Influencers create frenzy

The frenzy over the drinks is largely due to the popularity of Logan Paul and KSI, who were greeted by a massive crowd of young fans hoping to catch a glimpse of them during a visit to Sydney last month.

The drink bans, which have also been enforced by many schools around the world, has angered the YouTube stars.

KSI announced on social media that he would send "a truckload of Prime" to the schools "to counter this blatant wrongdoing". 

KSI tweeted his fury about the drinks being banned in schools. (Supplied: twitter)

'No-one policing this' 

Miami State School parent Ben Langridge said he allowed his son to buy the sports drink but got a shock when he read the packaging.

He said he couldn't believe retailers were selling the sports drinks to young children given its warning label.

"So many kids go to the service station or the IGA, Woolworths, Coles, and they're just buying these energy drinks over the counter," he said.

"That's the biggest problem as a parent. There's no-one policing that."

He said schools should be educating students about its harmful effects to deter them from purchasing the drinks before and after school.

"I don't know if there's that much happening, but at least protecting it and then confiscating it is a good step."

All energy drinks prohibited in some schools

Some schools across Queensland already have blanket bans in place on energy drinks.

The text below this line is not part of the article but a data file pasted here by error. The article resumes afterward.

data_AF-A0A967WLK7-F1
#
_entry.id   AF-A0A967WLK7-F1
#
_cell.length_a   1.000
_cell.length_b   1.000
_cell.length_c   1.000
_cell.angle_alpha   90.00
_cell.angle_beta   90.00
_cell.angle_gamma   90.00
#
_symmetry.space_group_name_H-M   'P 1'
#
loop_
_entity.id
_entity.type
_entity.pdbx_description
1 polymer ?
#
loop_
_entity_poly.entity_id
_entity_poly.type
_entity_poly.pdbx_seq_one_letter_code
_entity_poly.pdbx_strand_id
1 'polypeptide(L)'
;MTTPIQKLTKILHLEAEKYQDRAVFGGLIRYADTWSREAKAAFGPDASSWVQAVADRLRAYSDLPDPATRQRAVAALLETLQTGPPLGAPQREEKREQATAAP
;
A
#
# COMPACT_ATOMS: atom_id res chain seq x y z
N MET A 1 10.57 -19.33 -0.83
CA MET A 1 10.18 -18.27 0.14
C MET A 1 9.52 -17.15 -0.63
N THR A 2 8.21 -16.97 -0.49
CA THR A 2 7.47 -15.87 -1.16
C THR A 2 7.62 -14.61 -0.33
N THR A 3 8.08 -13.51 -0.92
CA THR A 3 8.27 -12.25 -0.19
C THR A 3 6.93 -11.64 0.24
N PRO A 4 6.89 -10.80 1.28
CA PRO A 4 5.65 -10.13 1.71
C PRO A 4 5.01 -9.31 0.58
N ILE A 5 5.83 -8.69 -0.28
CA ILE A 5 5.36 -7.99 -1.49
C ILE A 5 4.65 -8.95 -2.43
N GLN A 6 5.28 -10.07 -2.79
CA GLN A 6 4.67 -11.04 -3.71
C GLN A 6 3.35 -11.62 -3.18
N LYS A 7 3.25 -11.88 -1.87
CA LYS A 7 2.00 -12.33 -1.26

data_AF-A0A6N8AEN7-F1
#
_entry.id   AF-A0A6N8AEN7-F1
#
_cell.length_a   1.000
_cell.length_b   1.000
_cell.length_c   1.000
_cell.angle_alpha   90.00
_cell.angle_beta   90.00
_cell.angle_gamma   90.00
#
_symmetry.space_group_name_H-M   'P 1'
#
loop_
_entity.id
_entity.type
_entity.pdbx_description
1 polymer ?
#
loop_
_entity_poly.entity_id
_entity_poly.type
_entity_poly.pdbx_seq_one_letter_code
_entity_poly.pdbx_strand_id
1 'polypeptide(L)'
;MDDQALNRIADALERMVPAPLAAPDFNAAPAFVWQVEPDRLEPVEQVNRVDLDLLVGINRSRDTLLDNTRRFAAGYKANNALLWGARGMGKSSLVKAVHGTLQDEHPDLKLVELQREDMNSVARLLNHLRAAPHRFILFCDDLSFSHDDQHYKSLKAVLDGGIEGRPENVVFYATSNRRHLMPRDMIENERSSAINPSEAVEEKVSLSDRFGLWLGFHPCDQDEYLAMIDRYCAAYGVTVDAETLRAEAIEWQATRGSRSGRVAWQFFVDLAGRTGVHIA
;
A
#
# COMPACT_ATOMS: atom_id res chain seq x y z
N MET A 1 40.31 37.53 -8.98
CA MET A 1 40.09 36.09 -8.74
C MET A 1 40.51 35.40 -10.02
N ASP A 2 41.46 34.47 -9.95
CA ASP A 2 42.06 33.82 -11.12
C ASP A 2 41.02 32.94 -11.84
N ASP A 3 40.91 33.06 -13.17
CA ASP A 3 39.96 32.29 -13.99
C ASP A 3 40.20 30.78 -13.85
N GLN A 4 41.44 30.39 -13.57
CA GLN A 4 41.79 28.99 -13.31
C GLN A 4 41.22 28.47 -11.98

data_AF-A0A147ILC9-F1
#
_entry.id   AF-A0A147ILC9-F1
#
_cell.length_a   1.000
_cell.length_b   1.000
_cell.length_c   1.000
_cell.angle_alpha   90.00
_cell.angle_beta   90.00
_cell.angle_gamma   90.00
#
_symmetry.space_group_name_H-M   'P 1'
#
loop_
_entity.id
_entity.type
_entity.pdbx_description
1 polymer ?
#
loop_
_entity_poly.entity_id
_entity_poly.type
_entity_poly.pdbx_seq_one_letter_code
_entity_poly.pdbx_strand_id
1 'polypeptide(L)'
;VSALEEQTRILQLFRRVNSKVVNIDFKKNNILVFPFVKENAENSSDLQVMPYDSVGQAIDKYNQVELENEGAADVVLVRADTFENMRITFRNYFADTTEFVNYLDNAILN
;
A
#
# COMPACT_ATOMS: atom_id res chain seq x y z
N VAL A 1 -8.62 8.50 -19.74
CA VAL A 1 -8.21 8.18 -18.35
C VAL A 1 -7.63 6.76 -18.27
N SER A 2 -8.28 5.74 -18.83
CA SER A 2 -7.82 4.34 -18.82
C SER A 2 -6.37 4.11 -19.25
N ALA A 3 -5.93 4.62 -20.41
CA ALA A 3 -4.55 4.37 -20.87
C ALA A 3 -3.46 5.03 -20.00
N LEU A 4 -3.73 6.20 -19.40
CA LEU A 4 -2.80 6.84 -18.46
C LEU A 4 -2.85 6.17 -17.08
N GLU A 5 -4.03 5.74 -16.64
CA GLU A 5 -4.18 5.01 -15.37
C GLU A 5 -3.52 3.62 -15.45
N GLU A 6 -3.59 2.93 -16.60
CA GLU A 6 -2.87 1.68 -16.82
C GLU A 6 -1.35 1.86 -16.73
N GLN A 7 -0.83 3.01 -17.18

Maryborough State High School principal Simon Done said their ban extends to sports drinks.

Mr Done says all energy and sports drinks are banned at the school. (ABC Wide Bay: Jake Kearnan)

"The policy that's in place at Maryborough State High School as well as a number of other schools is that your energy drinks and sports drinks just aren't permitted," Mr Done said.

The school recently sent a reminder to parents about their stance on the banned substance, informing them of the "potentially dangerous new trend".

Mr Done said the harmful effects of the drinks, particularly on children, were worrying.

"We had a student who had just the sports drink, not the energy drink, and this is a child who's quite shy, retiring and quiet normally, and it was like someone had shaken him up and made him fizzy," he said.

"He was physiologically different looking — that's coming out anecdotally from one of my staff in the school."

He urged parents to monitor what their children were consuming.

"I would be strongly recommending having a good look at the labels on some of these things and really educate yourself about what your kids are putting into their body," he said.

Calls for more schools to ban Prime

Professor Desbrow hopes more schools will ban the drink.

"The people behind it have absolutely no interest in the health and wellbeing of the people who consume the product," he said.

"They're just there to make as much money as they can, as quickly as possible."

A Queensland education department spokesperson said schools play an important role in helping students develop healthy lifestyle habits and that they respond to "emerging local community matters".

"This may include communicating with parents about healthy drink choices or imposing a ban if required," the spokesperson said.

"Parents with specific concerns about the type of drinks being brought to their child's school are encouraged to raise this directly with the school principal."

The Prime drink company has been contacted for comment. 

Sign up to read this article
Read news from 100’s of titles, curated specifically for you.
Already a member? Sign in here
Related Stories
Top stories on inkl right now
One subscription that gives you access to news from hundreds of sites
Already a member? Sign in here
Our Picks
Fourteen days free
Download the app
One app. One membership.
100+ trusted global sources.